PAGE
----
"Prior to those involvements, Cuban citrus had often been arriving in the European market a week or two before citrus from the United States. But because the quality was poor, as soon as the U.S. citrus hit European shores, it would wipe out the Cuban presence. Now Cuban citrus is better quality, better marketed and they're increasing their market share."

The Chilean citrus project, a venture between Pole S.A., Ingelco S.A. and the Cuban government, involves an 11,000-hectare plantation on the Isle of Youth. Initial plans are to export 1 million boxes of grapefruit to Great Britain, with exports to Japan as well. A smaller Spanish/Greek venture, Lola Fruits, is exporting oranges and grapefruits to Holland and France, and also includes an industrial plant in Ciego de Avila for the export of orange-juice concentrate to Great Britain.

With the Cuban economy still suffering the combined effects of the U.S. trade embargo and the collapse of the Soviet Union -- for years its main benefactor -- Cuban agribusiness, particularly sugar, has performed disastrously. However, according to the monthly newsletter CubaNews, "one exception to this generally bleak picture involves the production of citrus. Thanks to the intensive cultivation efforts designed to supply former trading partners in the dismantled Soviet bloc, production in 1990 was ten times higher than in the early 1960s."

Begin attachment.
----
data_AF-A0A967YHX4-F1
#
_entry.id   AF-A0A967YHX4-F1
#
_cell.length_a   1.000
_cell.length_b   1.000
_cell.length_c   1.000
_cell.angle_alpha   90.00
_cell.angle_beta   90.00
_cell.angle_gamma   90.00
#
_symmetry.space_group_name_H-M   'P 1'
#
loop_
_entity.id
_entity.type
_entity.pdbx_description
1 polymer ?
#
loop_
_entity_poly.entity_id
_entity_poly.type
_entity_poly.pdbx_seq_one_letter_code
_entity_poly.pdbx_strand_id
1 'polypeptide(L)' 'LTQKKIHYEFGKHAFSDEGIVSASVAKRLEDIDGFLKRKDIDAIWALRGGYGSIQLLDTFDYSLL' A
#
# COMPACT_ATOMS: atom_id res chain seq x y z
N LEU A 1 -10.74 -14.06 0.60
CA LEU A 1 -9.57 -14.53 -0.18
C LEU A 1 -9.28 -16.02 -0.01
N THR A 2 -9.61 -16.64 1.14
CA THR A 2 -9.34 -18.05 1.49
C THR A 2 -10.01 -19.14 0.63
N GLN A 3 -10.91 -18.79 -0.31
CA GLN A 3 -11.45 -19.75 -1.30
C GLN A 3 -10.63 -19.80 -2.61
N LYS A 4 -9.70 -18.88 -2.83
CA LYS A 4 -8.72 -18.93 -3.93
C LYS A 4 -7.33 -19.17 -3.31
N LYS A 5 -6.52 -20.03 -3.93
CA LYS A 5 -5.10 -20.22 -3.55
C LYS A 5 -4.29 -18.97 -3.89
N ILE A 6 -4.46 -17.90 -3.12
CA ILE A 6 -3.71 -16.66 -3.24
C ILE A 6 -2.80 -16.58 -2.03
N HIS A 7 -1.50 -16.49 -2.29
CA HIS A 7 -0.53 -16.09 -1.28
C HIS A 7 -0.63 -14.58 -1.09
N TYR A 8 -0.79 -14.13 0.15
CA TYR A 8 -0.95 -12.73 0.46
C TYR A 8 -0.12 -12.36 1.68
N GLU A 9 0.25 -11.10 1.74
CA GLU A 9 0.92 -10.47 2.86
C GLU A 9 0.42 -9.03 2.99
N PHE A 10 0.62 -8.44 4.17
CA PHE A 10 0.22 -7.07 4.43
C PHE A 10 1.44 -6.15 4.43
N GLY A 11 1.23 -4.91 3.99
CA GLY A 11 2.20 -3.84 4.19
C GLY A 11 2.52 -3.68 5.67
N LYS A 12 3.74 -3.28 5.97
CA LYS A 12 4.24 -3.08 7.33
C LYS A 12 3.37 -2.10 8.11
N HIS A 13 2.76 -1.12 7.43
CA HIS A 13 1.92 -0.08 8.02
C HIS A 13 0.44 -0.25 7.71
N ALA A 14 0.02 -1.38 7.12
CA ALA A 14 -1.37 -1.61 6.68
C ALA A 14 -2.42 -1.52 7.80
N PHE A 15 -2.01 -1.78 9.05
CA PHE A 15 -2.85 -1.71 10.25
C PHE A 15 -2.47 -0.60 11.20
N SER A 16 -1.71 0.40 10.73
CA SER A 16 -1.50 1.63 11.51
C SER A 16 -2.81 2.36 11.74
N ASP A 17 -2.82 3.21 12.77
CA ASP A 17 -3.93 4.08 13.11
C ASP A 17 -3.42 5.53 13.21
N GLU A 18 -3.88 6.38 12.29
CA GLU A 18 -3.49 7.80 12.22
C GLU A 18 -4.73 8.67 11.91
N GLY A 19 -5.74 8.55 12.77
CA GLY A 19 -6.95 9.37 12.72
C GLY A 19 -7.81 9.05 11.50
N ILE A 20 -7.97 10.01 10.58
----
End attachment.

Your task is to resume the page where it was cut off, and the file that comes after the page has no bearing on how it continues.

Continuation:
In 1996, Cuba's gross domestic product was expected to jump between 7% and 8% after a 35% tumble between 1989 and 1993.

In October, the industry received a shock when Hurricane Lili passed directly over the island, causing $500 million in damage and leaving thousands of Cubans homeless.

"In the citrus sector, 154,000 tons of citrus fruit has fallen, which equals one-third of the total production of citrus fruit estimated for the year, including a large number of unripened fruits," Carlos Lage, Cuba's vice-president of the council of state and economics minister, was quoted as saying.

Nevertheless, Roger Delgado, director of the Victoria de Girón citrus complex in Matanzas province, says his August-to-June harvest goal of 350,000 tons would be achieved. According to Delgado, 40,000 of the 97,000 tons of citrus downed by the storm were saved and processed into juice. He said that plans would also be met to export 43,000 tons of fresh fruit, valued at $8 million.

Officials from citrus orchards on the Isle of Youth say fresh grapefruit exports thsi year came to 1,739 metric tons, a 300% increase from the same period in 1995. Harvest plans are for the export of 3,000 tons of fresh fruit and collection of 50,000 tons, mainly for processing. Some 80% of Cuban citrus is export through the port of Cienfuegos, located 250 kilometers southeast of Havana.

Pedro Rojas Díaz, the Chilean-born managing director of Pole, says export volume is increasing rapidly. According to him, Cuba exported 100,000 crates of grapefruit and 300,000 crates of oranges in 1991. This year, Cuba is expected to export 3.0 million crates of fresh fruit. Juice concentrate exports are projected to jump from 4,000 tons of orange juice to 15,000 tons, and over 7,000 tons of grapefruit juice.

Cuba's best orchards are now controlled by the joint ventures, along with the island's three processing plants and 23 packing houses, all with port access. The three processing plants can move 48 tons of fruit per hour. Two of the plants are currently being expanded and will soon double processing capacity.